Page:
Pertinently, although ventricular ectopy is of common prevalence in the general population, it does not necessarily translate to progression into sustained VAs and heightened risk of SCD. Furthermore the extent of fibrosis in subjects with hypertensive LVH also does not match that occurring in other specific cohorts. For instance, in autopsies of those suffering SCD, ventricular myocardium from patients with hypertrophic cardioymyopathy (HCM) had threefold higher deposition of matrix collagens than hypertensive comparators and exhibited a more disorganised pattern [22].

Data from clinical studies broadly suggest that the degree of hypertrophy must be marked to increase susceptibility to VAs. In two studies, where CAD had been excluded by invasive angiography, there was no increase in frequency of VAs at mild to moderate levels of LVH [23, 24]. Another study utilised endocardial catheter mapping and observed higher prevalence of left ventricular late potentials in patients with hypertensive LVH, which correlated with detection of VAs on ambulatory monitoring [25]. However, this trend was observed almost exclusively in those with decompensated hypertensive heart disease, i.e. with concurrent CHF, rather than those with isolated systemic hypertension.

The observed QTc prolongation that arises in hypertensive LVH through changes in expression and distribution of ion channels does, however, appear to have clear correlations with arrythmogenesis. QTc duration appears to be related to left ventricular mass index and the most prolonged QTc intervals were detected in those with LVH and complex VAs [26]. Another study found that prolonged QTc duration predicted mortality risk in patients with ECG criteria for LVH, being highest in those with QTc > 500 ms [27]. Beyond prolongation, associated dispersion of the QTc interval is an index of inhomogeneity of repolarisation and has been strongly linked with vulnerability to sustained VAs [28].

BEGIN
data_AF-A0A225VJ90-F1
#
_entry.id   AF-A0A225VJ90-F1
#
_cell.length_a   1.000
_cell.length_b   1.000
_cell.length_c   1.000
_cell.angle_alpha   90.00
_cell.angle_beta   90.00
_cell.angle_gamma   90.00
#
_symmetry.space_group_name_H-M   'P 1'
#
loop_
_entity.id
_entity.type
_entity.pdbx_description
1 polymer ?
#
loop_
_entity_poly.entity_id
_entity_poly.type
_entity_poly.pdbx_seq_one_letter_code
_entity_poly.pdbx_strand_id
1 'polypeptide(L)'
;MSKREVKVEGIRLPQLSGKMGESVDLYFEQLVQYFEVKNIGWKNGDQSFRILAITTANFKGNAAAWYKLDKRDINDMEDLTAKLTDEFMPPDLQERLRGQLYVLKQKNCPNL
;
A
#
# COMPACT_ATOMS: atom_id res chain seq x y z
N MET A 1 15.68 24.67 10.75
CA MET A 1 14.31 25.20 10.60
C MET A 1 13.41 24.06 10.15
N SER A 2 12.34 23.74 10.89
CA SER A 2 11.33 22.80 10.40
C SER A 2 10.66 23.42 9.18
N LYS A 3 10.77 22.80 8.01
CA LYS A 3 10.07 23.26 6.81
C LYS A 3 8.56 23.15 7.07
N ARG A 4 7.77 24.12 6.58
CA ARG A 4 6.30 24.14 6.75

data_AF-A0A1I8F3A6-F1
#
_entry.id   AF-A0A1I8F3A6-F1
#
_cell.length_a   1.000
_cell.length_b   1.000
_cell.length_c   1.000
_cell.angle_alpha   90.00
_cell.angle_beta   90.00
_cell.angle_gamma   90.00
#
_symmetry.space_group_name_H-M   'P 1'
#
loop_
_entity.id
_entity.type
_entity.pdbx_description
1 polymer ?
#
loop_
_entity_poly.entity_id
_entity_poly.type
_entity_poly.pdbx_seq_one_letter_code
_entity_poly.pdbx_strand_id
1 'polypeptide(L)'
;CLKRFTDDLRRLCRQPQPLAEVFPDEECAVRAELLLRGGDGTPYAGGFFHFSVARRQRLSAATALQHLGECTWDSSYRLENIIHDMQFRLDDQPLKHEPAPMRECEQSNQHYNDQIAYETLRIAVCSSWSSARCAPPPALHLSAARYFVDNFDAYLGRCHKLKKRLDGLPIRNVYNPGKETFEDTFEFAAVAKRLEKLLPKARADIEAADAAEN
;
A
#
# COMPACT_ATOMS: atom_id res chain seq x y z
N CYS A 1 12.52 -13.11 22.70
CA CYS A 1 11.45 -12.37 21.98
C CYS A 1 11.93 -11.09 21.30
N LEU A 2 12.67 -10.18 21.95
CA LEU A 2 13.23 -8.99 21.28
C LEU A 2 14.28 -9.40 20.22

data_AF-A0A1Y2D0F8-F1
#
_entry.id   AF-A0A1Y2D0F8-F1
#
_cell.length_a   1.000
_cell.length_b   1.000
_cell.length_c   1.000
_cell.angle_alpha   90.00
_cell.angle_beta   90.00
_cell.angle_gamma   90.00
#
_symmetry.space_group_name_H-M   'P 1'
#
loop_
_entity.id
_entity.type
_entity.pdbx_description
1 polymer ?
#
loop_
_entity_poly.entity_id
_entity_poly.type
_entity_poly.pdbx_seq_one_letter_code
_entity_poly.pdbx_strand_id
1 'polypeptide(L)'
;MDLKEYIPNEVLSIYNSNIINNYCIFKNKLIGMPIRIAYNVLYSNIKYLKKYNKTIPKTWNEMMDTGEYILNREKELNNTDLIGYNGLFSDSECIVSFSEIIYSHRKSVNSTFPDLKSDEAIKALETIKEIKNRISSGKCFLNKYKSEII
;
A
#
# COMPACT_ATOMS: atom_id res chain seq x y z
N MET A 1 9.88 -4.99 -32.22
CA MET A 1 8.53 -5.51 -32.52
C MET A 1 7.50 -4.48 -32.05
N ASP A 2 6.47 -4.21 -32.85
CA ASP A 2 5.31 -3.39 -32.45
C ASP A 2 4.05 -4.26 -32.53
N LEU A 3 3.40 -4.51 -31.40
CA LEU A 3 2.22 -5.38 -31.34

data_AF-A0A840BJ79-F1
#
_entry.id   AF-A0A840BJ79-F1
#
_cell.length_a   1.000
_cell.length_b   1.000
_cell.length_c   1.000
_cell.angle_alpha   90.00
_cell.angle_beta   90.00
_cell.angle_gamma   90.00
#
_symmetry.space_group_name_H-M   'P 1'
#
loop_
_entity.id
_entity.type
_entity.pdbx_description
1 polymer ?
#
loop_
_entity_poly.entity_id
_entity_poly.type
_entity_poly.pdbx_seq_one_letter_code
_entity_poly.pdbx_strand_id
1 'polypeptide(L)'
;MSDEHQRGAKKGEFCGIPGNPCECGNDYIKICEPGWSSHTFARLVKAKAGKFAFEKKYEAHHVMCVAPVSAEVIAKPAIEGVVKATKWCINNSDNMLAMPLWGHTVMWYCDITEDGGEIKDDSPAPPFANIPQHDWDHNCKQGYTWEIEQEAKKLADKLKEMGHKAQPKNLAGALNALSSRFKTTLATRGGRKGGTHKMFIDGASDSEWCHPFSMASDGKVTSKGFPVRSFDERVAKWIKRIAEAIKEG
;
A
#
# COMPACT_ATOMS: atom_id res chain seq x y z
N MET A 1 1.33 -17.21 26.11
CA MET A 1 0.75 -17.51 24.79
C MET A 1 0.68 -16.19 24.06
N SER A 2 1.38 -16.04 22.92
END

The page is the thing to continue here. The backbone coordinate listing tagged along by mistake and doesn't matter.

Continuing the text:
Data from observational studies does not show a convincing link between hypertensive LVH and SCD secondary to sustained VAs. One study in the Framingham population showed that the presence of an echocardiographic diagnosis of LVH in hypertensive patients was associated with an increased risk of SCD (hazard ratio 2.16, 95% CI 1.22–3.81, p = 0.008) [29]. However it is unclear from this data what proportion of excess events were related to sustained VAs, and during the follow-up period 28% of those with LVH were diagnosed with MI prior to SCD suggesting that ischaemia could have contributed to the adverse prognosis [30]. Furthermore a separate study from the Framingham population showed that in hypertensive patients with an echocardiographic diagnosis of LVH the presence of complex or frequent ventricular ectopy (≥class 2 on Lown grading system) on 1 h ECG recordings was associated with a marginally significant increase in all-cause mortality (hazard ratio 1.62). However it is not commented what proportion of these excess events were SCD or if any of them related to sustained VAs. Furthermore again these patients were had a higher incidence of myocardial infarction during follow-up, whilst at the start of follow-up, CAD had only been ruled out by lack of symptoms, rather than invasive coronary angiogram. Finally a meta-analysis of LVH and VAs has been conducted that incorporates five studies and 5659 patients [31]. Results were suggestive of a 2.8 fold greater risk of VT or VF in the presence of hypertensive LVH, and without significant inter-study heterogeneity (I2 = 9%). However, all included studies were observational with varying study designs and patient characteristics (Table 1). Two studies were confounded by co-existent CAD [32, 33], and three other studies only demonstrated non-sustained VAs [34,35,36].